NASA joins military program to develop nuclear thermal propulsion

Propel a space vehicle using nuclear energy. Announced three years ago, the project led by DARPA, the US Department of Defense agency responsible for research and development, is now taking a new turn with the upcoming collaboration of NASA.

Facilitate missions to Mars

Named DRACO for “Rocket for Agile Cislunar Operations Demonstration”, the DARPA project aims to develop two concepts: a nuclear fission reactor and a vehicle to fly it. In 2021, the Defense Department’s Innovation Program awarded several million dollars to private companies to help design a prototype. General Atomics, Lockheed Martin or even Blue Origin would have received funds, according to Ars-Technica.

For NASA, the objective is twofold: to provide its knowledge of space technology and to take advantage of the future reactor to carry out its own missions. “Thanks to this new technology, astronauts could get to and from deep space faster than ever before — a major capability to prepare for crewed missions to Mars”explains in particular Bill Nelson, administrator of the American space agency, in a communicated.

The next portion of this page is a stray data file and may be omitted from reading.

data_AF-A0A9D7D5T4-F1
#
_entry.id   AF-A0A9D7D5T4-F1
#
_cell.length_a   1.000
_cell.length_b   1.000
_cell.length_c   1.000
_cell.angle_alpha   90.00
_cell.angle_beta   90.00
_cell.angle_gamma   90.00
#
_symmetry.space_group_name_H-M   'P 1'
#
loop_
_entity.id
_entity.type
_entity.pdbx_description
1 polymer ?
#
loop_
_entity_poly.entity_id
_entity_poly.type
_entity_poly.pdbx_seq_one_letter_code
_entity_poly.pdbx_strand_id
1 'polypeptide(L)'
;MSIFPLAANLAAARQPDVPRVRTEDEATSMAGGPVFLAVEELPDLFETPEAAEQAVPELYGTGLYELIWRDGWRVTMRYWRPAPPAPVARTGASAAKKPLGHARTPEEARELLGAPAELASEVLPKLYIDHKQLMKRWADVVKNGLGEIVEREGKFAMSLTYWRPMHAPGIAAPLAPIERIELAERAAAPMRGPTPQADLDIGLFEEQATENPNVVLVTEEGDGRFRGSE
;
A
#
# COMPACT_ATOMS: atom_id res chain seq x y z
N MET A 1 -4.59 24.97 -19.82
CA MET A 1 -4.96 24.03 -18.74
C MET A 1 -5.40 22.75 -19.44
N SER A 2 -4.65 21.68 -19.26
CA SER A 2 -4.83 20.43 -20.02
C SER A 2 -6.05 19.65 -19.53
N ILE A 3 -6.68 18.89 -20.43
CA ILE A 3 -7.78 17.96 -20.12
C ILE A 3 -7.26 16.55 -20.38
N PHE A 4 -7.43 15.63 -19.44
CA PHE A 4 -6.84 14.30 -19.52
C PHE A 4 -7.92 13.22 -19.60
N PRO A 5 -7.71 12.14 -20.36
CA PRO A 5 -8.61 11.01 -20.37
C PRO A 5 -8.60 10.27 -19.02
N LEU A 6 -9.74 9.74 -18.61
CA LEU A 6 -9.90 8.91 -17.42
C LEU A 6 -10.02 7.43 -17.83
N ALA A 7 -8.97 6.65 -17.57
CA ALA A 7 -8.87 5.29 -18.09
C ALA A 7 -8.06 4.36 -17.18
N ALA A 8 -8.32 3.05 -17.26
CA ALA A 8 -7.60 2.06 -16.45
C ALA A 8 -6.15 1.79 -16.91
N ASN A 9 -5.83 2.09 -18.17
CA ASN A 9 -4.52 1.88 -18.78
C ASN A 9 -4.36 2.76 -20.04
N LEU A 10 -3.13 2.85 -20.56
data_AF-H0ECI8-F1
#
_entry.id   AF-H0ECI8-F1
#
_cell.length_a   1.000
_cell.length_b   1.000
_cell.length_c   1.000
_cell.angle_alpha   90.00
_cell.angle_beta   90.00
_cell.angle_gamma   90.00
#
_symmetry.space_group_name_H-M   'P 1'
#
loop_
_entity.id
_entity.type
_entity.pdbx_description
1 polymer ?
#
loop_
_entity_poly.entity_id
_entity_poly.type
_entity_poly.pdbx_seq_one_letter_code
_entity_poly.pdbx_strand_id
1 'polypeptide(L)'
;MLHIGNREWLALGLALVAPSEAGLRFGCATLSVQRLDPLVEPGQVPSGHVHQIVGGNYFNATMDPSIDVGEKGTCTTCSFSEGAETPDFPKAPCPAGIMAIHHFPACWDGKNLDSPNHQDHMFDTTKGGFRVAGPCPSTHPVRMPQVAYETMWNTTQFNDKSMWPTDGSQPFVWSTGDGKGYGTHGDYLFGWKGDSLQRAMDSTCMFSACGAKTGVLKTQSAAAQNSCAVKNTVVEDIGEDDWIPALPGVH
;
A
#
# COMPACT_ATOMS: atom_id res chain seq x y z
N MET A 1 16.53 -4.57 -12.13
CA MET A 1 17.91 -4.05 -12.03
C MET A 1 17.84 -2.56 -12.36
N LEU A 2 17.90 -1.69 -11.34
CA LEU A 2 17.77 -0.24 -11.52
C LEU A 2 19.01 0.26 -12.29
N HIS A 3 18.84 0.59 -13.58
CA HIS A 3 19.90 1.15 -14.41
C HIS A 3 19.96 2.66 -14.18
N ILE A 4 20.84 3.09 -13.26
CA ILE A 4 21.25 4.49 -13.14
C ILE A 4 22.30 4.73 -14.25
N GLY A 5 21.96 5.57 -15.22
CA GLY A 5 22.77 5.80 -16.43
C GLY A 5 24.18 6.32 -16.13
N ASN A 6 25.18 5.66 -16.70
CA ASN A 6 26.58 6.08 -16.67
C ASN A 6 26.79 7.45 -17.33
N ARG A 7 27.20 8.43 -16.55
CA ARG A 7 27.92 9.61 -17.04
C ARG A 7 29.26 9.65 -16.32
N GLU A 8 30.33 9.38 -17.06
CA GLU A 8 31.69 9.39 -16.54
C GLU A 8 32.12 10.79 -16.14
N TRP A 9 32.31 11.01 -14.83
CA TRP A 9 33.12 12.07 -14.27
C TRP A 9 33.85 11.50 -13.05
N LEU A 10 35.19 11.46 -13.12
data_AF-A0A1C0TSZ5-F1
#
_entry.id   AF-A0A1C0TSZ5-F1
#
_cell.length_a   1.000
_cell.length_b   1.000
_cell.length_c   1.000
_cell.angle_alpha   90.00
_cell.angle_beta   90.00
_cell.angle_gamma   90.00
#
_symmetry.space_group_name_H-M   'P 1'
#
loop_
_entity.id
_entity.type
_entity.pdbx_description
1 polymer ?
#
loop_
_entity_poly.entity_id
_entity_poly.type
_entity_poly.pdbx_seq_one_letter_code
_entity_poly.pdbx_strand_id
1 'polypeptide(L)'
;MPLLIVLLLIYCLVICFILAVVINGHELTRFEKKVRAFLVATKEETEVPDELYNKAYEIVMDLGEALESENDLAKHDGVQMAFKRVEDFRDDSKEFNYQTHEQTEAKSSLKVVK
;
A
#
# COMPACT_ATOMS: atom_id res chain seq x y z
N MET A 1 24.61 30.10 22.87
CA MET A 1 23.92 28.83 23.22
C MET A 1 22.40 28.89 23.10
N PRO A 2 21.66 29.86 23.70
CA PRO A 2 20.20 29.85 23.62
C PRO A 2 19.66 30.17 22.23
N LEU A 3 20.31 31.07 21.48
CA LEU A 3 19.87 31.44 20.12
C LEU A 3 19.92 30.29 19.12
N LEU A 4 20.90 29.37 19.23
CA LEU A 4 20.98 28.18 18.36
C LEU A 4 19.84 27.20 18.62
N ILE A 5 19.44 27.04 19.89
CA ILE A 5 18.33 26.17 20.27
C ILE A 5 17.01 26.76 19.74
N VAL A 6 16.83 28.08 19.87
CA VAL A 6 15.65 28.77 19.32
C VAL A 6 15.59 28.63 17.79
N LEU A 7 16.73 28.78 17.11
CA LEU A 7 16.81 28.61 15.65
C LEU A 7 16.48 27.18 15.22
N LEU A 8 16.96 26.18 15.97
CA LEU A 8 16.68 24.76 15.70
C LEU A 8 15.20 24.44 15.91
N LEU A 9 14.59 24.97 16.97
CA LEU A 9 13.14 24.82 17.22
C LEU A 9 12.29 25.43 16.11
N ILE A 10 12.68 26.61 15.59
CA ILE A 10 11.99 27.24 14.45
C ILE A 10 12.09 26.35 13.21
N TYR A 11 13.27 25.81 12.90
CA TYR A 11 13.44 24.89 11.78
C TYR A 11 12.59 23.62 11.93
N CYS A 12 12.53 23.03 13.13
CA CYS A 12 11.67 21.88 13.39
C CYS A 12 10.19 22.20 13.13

Rockets “three times more effective”

Future adoption of this technology by NASA would reduce the flight time of its missions. Time saved on transport means greater safety for the astronauts. Having such technology would also allow the American space program to carry out flights with heavier loads, and thus embark more scientific equipment. “Thermal nuclear rockets can be three times more efficient, or even more, than conventional chemical propulsion”says NASA.

For this project, it is precisely the department in charge of conducting space technology missions (Space Technology Mission Directorate) which will be responsible for carrying out the development. A program that will nevertheless remain under the supervision of DARPA. The first results are expected in 2027, the year during which NASA plans to carry out tests with a finalized prototype. A very optimistic calendar.

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